3. Fortifying Mindset: Before suggesting any ideas, even if they are proven lifesavers, set your personal foundation to withstand interference, commotion or blame.  If you watch a large building under construction you’d see the huge pilings that are pounded in before any concrete pour.  Your pillars will undergird and help you maneuver any blowback or detour.   If you are going to confront a tough case, such as a person who refuses to ring his call light before standing up, or who doesn’t share information with his beneficiaries, or believes that he’ll be hit by any virus, then fortify yourself so you are ready to hunker down with your toolkit.

The key to handling life’s challenges is knowing how to Pivot and Switch – the PS Maneuver.

You are responsible of creating your own amazing journey when you take the reins:

  1. Call out your positive and negative thoughts.
  2. Speak poignantly to the heart of your loved ones.
  3. Use bonding and rapport.
  4. Pack your parachute because no one can do it better.
  5. Be generous and kind to your loved ones.

Our next and final key will provide more ideas…so that you can lighten your load.  You can move from being stuck at home to having luck at home.  A book called the Blue Zones by Daniel Buettner highlights the secrets to aging and living long lives.  With a grant from the National Geographic, he searched the world to discover seven areas from Costa Rica, Okinawa and Loma Linda which has the greatest number of centenarians, who are healthfully surpassing life expectancy levels. They know how to laugh each day, make lasting connections to others and think with positive thoughts.

Are you ready to dive in, and laugh and ride the waves of COVID-19 and other challenges?

Key #5 – Laugh Out Loud

Even in the hardest of times, laughter has a steadfast ability to bring people together. Researchers from Finland and the United Kingdom found that social laughter triggers the release of endorphins – often referred to as “feel good hormones” – in brain regions responsible for arousal and emotion.“  By Honor Whiteman, Medical News Today Newsletter. Jun 3, 2017

Laughing Out Loud, LOL, is the secret to a happy mind and body because it releases happy hormones that race from your brain to light up your body like a ball in a pinball machine.

Ding Ding Ding!

Laugh Out Loud several times a day even if no one is laughing with you. Don’t be shy or refrain from it.  Be creative and find your own outlets, while taking a shower or driving your car (Tesla cars have a prerecorded tape on the farting sounds) even if the banter might seem terribly callous, inappropriate or disrespectful of the somber moods in our world today.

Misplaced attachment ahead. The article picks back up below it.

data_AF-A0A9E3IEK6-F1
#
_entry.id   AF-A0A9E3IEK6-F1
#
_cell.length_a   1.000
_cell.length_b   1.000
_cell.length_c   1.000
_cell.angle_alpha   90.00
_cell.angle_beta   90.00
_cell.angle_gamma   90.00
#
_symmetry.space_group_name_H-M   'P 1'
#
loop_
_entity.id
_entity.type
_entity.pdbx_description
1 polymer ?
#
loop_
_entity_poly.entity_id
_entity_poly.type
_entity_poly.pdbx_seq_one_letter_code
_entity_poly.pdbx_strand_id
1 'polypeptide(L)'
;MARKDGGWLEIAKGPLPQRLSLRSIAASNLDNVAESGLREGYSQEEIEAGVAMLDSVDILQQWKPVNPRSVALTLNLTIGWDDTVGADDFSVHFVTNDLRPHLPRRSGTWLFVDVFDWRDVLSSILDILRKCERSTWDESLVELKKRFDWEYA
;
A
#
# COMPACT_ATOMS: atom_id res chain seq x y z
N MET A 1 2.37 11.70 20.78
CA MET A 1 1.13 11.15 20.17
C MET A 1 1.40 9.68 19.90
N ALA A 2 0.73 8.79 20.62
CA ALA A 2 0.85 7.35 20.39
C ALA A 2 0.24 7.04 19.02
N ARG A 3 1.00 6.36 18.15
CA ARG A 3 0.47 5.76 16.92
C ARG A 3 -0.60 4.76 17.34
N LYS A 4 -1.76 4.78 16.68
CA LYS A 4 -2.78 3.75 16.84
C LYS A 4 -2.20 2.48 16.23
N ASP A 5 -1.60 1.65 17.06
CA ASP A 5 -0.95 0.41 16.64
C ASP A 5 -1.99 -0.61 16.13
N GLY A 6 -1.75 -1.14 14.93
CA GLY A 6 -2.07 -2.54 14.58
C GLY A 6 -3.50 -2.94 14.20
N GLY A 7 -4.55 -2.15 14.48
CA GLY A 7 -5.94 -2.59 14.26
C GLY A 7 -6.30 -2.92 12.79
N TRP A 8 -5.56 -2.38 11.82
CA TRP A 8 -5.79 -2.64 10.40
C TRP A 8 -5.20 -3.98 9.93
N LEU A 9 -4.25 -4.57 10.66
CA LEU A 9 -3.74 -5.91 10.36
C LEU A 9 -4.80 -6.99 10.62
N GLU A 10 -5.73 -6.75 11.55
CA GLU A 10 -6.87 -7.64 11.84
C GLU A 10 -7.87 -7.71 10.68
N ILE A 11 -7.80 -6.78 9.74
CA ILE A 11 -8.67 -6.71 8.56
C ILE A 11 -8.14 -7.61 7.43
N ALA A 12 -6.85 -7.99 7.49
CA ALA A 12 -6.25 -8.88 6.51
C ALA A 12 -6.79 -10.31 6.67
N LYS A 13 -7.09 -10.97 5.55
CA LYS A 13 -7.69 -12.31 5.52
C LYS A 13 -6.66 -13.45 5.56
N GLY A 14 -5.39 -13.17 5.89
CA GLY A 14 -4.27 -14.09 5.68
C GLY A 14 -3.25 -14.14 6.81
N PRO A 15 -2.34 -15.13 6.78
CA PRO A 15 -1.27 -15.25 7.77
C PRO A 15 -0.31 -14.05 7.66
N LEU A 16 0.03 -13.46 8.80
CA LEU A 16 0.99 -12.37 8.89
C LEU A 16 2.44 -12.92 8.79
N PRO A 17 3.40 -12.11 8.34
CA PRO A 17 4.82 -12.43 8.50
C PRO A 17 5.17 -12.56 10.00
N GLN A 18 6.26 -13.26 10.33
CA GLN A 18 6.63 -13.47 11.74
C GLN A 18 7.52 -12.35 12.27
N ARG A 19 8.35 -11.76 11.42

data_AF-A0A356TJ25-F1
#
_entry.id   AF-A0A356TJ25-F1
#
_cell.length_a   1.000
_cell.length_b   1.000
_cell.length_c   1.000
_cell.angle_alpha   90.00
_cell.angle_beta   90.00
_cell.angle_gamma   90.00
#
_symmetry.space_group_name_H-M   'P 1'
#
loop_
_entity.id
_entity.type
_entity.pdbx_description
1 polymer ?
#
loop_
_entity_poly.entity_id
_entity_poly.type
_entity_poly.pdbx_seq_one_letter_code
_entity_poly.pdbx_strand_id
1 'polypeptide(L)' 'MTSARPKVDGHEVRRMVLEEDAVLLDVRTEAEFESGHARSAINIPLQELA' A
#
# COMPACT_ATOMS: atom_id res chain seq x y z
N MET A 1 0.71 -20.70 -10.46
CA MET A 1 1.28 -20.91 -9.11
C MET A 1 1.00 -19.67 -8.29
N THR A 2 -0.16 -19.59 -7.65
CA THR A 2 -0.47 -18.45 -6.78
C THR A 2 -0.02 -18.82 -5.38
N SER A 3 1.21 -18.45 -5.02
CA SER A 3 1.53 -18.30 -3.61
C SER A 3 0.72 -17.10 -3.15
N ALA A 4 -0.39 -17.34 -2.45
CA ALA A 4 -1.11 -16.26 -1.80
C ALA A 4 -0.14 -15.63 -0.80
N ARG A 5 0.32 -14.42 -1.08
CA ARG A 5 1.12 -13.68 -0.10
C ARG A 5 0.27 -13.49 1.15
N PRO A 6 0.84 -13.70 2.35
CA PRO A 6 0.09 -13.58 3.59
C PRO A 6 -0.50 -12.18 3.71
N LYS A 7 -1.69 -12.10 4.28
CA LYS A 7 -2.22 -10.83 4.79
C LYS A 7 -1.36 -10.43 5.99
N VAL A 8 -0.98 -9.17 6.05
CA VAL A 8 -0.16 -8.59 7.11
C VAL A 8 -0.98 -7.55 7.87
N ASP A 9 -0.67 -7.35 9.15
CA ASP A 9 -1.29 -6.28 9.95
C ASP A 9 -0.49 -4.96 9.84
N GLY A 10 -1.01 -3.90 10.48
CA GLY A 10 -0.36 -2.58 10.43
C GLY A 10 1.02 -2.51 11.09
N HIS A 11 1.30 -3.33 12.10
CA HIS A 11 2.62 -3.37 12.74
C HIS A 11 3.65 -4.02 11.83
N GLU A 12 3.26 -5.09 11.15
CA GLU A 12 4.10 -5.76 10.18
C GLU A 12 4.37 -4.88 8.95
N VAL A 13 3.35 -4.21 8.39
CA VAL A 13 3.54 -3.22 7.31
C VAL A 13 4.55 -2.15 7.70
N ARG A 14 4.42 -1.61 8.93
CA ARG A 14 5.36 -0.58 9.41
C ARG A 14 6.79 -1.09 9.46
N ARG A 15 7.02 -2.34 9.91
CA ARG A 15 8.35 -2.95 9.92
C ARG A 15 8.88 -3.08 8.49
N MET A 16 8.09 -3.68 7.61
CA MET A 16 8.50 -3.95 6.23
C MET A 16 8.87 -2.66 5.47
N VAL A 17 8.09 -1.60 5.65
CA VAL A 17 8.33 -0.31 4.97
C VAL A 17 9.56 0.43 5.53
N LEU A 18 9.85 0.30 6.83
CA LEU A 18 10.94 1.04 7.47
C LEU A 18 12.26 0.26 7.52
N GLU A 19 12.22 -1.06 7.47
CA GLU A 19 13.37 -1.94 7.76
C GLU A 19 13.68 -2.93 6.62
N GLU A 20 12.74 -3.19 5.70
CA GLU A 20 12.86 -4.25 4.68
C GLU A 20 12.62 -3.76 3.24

Your happy hormones can lessen burnout, sadness, fear and shock so laughing is not for entertainment, it can actually extend and perpetuate a healthy life with a strong immune system.

It’s no wonder that Saturday Night Live is now celebrating 45 years, the longest-running programs in television, and other late night talk shows are emceed by comedians whose stand-up routines help to clear your mind before ending your day.

It’s no laughing matter when doctors, nurses and other medical team members say they are working in “war zones”. They are frightened, lacking sleep, getting sick and dying themselves.  Perhaps that is why they’re finding some relief through laughter, joking, singing, dancing, sharing feelings, applauding each other, or they’d sobbing hysterically to relieve grief.

Here are examples of how these heroic medical teams are coping with the burden from the current world crisis. Two medical doctors, wearing their scrubs, performed John Lennon’s Imagine song. Dr. Elvis L. Francois, the soloist, and resident at the Mayo Clinic in Rochester, Minnesota, was accompanied by Dr. William Robinson on the piano performing for The iHeart Living Room Concert for America” on Fox News.

Click here: https://www.cnn.com/2020/03/29/us/singing-surgeon-living-room-concert-trnd/index.html

In another show of strong camaraderie, Emily Fawcett, RN at the Lenox Hill Hospital, formed a daily meeting called the Hope Huddles a circle time among her ER department nurses to bring closure, share tears, optimism, and laughter to uplift each other during this time of heavy sadness.

Click here:https://lenoxhill.northwell.edu/news/inspiring-people/hope-huddles-connects-front-line-nurses-amid-covid-19-crisis

Laughter is the same as releasing the valve on top of your pressure cooker before it explodes from excessive steam and heat. Laughing is free…you don’t have to pay for it, it is easy to carry, and it doesn’t weigh you down.

Knock knock jokes have the potential to flip ordinary words, upside down and sideways. If you want additional ideas to increase your happy hormones, go to annettepang.com and download the free the home study worksheet on LOL Laughter.

Read silly jokes and share them with others to inject more laughter into your mind, body and spirit. Leave a comment below and tell us 3 things that make you laugh. LOL may save your life during a time when we’re losing them in huge numbers each day.

Stay tuned for other ways you can generate peace, harmony and hope and be a hero at home!